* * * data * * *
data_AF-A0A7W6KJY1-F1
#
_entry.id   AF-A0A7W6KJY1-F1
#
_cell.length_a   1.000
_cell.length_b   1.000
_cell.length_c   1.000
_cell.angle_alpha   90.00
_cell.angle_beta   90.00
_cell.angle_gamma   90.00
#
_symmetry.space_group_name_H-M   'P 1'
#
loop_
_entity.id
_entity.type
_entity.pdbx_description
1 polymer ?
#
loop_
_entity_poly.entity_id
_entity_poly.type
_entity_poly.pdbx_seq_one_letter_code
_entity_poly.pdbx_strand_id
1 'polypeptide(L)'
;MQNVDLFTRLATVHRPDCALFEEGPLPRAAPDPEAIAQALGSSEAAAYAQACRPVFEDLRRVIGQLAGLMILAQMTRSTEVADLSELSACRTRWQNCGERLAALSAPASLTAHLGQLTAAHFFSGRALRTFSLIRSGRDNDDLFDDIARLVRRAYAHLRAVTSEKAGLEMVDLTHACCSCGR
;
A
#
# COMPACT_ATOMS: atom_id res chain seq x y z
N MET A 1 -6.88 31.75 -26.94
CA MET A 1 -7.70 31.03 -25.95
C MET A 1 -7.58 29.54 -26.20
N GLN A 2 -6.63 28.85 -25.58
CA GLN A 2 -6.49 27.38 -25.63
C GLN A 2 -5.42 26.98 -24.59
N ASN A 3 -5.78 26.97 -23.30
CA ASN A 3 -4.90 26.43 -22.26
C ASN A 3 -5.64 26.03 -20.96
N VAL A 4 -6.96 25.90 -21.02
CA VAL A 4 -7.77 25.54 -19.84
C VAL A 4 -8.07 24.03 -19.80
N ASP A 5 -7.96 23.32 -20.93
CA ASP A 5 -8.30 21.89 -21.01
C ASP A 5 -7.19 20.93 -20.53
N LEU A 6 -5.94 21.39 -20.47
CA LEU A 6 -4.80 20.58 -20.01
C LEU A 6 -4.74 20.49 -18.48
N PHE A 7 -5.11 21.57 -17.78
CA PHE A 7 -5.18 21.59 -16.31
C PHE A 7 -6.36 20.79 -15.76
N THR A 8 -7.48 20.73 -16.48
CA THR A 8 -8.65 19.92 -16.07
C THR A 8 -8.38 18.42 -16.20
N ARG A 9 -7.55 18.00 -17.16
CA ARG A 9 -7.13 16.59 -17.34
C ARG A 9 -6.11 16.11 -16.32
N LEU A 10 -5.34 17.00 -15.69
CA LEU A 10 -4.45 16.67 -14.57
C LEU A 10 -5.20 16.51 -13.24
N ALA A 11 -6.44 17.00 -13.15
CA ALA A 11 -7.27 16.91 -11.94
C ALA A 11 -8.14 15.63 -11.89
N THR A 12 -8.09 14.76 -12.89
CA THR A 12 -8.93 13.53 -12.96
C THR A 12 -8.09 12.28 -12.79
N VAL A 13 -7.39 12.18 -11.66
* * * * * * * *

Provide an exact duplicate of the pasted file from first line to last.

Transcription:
data_AF-A0A7W6KJY1-F1
#
_entry.id   AF-A0A7W6KJY1-F1
#
_cell.length_a   1.000
_cell.length_b   1.000
_cell.length_c   1.000
_cell.angle_alpha   90.00
_cell.angle_beta   90.00
_cell.angle_gamma   90.00
#
_symmetry.space_group_name_H-M   'P 1'
#
loop_
_entity.id
_entity.type
_entity.pdbx_description
1 polymer ?
#
loop_
_entity_poly.entity_id
_entity_poly.type
_entity_poly.pdbx_seq_one_letter_code
_entity_poly.pdbx_strand_id
1 'polypeptide(L)'
;MQNVDLFTRLATVHRPDCALFEEGPLPRAAPDPEAIAQALGSSEAAAYAQACRPVFEDLRRVIGQLAGLMILAQMTRSTEVADLSELSACRTRWQNCGERLAALSAPASLTAHLGQLTAAHFFSGRALRTFSLIRSGRDNDDLFDDIARLVRRAYAHLRAVTSEKAGLEMVDLTHACCSCGR
;
A
#
# COMPACT_ATOMS: atom_id res chain seq x y z
N MET A 1 -6.88 31.75 -26.94
CA MET A 1 -7.70 31.03 -25.95
C MET A 1 -7.58 29.54 -26.20
N GLN A 2 -6.63 28.85 -25.58
CA GLN A 2 -6.49 27.38 -25.63
C GLN A 2 -5.42 26.98 -24.59
N ASN A 3 -5.78 26.97 -23.30
CA ASN A 3 -4.90 26.43 -22.26
C ASN A 3 -5.64 26.03 -20.96
N VAL A 4 -6.96 25.90 -21.02
CA VAL A 4 -7.77 25.54 -19.84
C VAL A 4 -8.07 24.03 -19.80
N ASP A 5 -7.96 23.32 -20.93
CA ASP A 5 -8.30 21.89 -21.01
C ASP A 5 -7.19 20.93 -20.53
N LEU A 6 -5.94 21.39 -20.47
CA LEU A 6 -4.80 20.58 -20.01
C LEU A 6 -4.74 20.49 -18.48
N PHE A 7 -5.11 21.57 -17.78
CA PHE A 7 -5.18 21.59 -16.31
C PHE A 7 -6.36 20.79 -15.76
N THR A 8 -7.48 20.73 -16.48
CA THR A 8 -8.65 19.92 -16.07
C THR A 8 -8.38 18.42 -16.20
N ARG A 9 -7.55 18.00 -17.16
CA ARG A 9 -7.13 16.59 -17.34
C ARG A 9 -6.11 16.11 -16.32
N LEU A 10 -5.34 17.00 -15.69
CA LEU A 10 -4.45 16.67 -14.57
C LEU A 10 -5.20 16.51 -13.24
N ALA A 11 -6.44 17.00 -13.15
CA ALA A 11 -7.27 16.91 -11.94
C ALA A 11 -8.14 15.63 -11.89
N THR A 12 -8.09 14.76 -12.89
CA THR A 12 -8.93 13.53 -12.96
C THR A 12 -8.09 12.28 -12.79
N VAL A 13 -7.39 12.18 -11.66